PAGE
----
The existence of volcanoes on lo was not the only interesting discovery. Photographs of the surface showed the volcanic activity to be extremely intense, with some eruptions spewing material as high as 300 kilometers. And, in addition to volcanoes, lo is covered by lava flows, volcanic geysers, and molten lakes. Taken together, these observations allowed scientists to confirm what had previously only been speculated about the cores of other moons and planets: like Earth’s, some of them are hot.

Part of the reason for its fiery interior, and hence also for its volcanic activity, has to do with lo’s somewhat unique orbital position, so During its orbit around Jupiter, the moon is constantly pulled by the gravity of that enormous planet. However, at some points, lo is also pulled in the opposite direction by the gravity of two other large moons whose orbits 3i sometimes put lo between them and Jupiter. These immense gravitational forces stretch and squish lo by as much as 100 meters. This motion generates internal friction, and the resulting heat melts lo’s interior, giving rise to  its spectacular displays of volcanic activity.

Needless to say, the size and intensity of lo’s volcanoes are of great interest to scientists who believe that similar conditions may once have existed on Earth. By better understanding the nature of such conditions, we will have a better grasp of the formative processes that shaped our planet, lo thus offers scientists a rare opportunity to study an important aspect of Earth’s distant past.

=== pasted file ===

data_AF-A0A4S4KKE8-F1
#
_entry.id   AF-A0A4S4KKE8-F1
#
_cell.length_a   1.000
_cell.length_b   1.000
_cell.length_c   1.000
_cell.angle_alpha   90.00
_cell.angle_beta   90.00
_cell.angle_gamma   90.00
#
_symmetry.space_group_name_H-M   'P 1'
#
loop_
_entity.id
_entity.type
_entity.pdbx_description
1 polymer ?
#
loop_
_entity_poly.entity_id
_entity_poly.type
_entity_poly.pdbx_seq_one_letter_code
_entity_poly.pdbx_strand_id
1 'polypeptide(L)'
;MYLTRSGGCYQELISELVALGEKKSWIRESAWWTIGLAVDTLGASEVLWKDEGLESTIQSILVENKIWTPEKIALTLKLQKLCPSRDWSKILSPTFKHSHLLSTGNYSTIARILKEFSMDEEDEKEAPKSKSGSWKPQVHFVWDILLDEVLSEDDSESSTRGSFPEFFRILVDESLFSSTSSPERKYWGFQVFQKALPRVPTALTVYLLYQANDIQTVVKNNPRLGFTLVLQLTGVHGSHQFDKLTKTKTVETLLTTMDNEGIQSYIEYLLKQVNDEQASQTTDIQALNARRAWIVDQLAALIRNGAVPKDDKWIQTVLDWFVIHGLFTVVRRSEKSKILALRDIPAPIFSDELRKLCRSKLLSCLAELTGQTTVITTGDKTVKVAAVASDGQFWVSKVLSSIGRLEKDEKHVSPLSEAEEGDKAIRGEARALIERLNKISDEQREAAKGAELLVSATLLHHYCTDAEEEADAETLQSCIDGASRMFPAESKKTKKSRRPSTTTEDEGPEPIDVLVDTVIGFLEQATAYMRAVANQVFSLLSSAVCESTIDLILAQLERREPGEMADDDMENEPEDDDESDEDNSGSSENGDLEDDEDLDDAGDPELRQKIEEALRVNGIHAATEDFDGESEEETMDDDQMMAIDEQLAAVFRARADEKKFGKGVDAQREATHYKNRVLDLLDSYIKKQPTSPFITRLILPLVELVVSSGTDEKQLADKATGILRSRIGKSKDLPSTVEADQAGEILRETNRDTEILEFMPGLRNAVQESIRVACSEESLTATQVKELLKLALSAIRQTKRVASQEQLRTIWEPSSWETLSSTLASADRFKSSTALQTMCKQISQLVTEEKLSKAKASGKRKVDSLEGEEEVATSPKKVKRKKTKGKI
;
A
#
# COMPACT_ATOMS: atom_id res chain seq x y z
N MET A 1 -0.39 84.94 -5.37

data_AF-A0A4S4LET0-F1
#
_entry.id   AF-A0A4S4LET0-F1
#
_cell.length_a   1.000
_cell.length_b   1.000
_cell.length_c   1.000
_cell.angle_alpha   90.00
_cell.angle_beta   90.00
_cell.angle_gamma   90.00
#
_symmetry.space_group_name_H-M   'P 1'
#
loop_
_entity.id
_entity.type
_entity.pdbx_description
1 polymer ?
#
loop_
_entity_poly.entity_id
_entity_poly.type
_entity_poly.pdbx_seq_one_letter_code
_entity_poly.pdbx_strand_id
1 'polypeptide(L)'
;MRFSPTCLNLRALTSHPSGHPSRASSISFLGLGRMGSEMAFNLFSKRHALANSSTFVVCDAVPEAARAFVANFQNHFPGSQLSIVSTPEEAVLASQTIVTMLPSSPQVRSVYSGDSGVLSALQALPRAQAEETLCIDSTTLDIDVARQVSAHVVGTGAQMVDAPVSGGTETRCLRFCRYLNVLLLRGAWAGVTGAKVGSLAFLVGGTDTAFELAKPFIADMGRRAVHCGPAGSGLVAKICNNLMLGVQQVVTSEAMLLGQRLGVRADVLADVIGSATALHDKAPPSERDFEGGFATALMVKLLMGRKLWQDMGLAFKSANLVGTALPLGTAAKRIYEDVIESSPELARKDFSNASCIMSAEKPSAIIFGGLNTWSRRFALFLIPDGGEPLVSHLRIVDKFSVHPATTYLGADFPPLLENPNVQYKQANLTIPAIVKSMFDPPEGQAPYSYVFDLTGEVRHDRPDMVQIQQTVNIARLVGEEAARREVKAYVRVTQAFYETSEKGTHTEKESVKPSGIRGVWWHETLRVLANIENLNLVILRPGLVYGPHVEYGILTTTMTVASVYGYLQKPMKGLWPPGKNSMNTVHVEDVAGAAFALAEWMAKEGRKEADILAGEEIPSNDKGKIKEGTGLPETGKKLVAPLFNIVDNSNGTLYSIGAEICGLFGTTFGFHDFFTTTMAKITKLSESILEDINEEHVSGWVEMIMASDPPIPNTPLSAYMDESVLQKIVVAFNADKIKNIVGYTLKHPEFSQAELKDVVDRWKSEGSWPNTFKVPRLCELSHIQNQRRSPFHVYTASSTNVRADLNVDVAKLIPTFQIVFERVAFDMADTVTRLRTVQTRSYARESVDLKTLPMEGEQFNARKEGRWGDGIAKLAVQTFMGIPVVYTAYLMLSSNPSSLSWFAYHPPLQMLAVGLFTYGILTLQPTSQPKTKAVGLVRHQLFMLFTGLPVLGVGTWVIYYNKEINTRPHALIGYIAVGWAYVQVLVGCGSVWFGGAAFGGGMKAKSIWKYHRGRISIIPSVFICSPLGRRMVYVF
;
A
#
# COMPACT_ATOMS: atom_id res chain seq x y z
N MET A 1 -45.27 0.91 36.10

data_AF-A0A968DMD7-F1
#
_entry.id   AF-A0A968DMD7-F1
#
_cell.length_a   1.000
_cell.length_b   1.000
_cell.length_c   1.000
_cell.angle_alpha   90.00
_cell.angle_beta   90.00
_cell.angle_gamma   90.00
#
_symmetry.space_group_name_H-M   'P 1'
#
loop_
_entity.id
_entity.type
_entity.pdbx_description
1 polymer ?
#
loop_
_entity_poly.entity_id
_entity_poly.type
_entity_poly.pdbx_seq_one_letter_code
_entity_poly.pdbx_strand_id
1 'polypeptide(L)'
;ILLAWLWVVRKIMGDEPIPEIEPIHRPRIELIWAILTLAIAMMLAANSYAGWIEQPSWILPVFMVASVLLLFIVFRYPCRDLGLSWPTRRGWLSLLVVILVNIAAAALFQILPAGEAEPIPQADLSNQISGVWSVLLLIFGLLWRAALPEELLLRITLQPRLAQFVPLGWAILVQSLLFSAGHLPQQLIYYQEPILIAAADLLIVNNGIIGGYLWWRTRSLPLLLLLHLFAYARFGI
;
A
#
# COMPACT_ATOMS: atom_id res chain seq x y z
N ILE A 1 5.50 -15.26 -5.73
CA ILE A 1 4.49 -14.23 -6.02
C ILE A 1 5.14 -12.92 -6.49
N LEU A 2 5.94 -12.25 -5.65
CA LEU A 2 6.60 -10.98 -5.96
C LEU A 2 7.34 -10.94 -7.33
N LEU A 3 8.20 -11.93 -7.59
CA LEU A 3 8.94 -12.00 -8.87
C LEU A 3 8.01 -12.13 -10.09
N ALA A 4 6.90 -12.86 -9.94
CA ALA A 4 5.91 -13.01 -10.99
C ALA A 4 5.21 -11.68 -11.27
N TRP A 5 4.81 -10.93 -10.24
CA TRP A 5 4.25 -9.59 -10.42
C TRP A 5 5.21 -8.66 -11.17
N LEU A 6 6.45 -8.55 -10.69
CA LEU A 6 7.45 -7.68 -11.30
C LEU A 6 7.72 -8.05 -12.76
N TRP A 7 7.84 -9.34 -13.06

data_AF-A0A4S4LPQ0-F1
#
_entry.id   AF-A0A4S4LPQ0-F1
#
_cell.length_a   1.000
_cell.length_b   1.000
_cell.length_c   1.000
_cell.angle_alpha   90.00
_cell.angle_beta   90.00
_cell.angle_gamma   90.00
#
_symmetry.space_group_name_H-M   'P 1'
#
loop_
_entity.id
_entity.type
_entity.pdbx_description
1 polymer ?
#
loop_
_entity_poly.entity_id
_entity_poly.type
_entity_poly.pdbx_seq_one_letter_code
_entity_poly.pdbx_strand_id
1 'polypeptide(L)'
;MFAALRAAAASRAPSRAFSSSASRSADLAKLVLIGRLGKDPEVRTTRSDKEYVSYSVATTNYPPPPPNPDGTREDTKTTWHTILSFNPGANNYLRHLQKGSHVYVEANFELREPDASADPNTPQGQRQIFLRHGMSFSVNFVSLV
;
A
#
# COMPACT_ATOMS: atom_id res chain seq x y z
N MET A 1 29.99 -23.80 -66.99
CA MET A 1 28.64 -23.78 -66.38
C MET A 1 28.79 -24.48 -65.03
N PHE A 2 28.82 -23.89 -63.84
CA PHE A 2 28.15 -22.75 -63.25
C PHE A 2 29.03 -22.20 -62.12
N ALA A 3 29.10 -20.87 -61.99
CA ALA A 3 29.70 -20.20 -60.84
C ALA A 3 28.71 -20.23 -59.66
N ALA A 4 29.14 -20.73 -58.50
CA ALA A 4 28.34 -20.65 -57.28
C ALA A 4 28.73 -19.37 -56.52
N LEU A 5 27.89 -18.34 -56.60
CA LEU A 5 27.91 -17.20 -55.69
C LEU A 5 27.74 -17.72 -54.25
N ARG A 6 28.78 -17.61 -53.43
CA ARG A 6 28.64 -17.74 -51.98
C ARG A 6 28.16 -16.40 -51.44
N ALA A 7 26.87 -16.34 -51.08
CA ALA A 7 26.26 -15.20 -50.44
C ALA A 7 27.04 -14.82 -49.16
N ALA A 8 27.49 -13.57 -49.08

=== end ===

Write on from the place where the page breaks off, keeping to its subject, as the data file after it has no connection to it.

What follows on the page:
26. The word ejected in the passage is closest in meaning to
(A) tom
(B) piled
(C) worn
(D) thrown

27. What can be inferred from paragraph 1 about Earth’s core temperature?
(A) It has decreased over time, but it will increase again in the future.
(B) Tectonic activity and earthquakes have no relation to core temperature.
(C) It must be above 5,000 degrees Celsius to produce volcanoes.
(D) Hotter temperatures produced more intense volcanic events.

28 Which of the sentences below best expresses the essential information in the highlighted sentence in the passage? Incorrect choices change the meaning in important ways or leave out essential information.
(A) Scientists knew that lo was a rock-based body because of all the meteor craters and other marks that were found on its surface. ,
(B) Most rocky bodies in the solar system are covered with collision craters, and researchers were expecting to see these on lo.
(C) Rock-based planets and moons usually have numerous impact marks because they are constantly colliding with small meteors and other particles.
(D) Even before scientists saw images of lo’s surface, they could predict the amount of craters and impact marks that would be visible there.

29. Why does the author mention Probes in paragraph 3?
(A) To explain how important discoveries about lo were made
(B) To describe the level of NASA’s interest in Jupiter’s moons
(C) To introduce similarities between lo and the outer planets
(D) To illustrate an outdated method of collecting data in space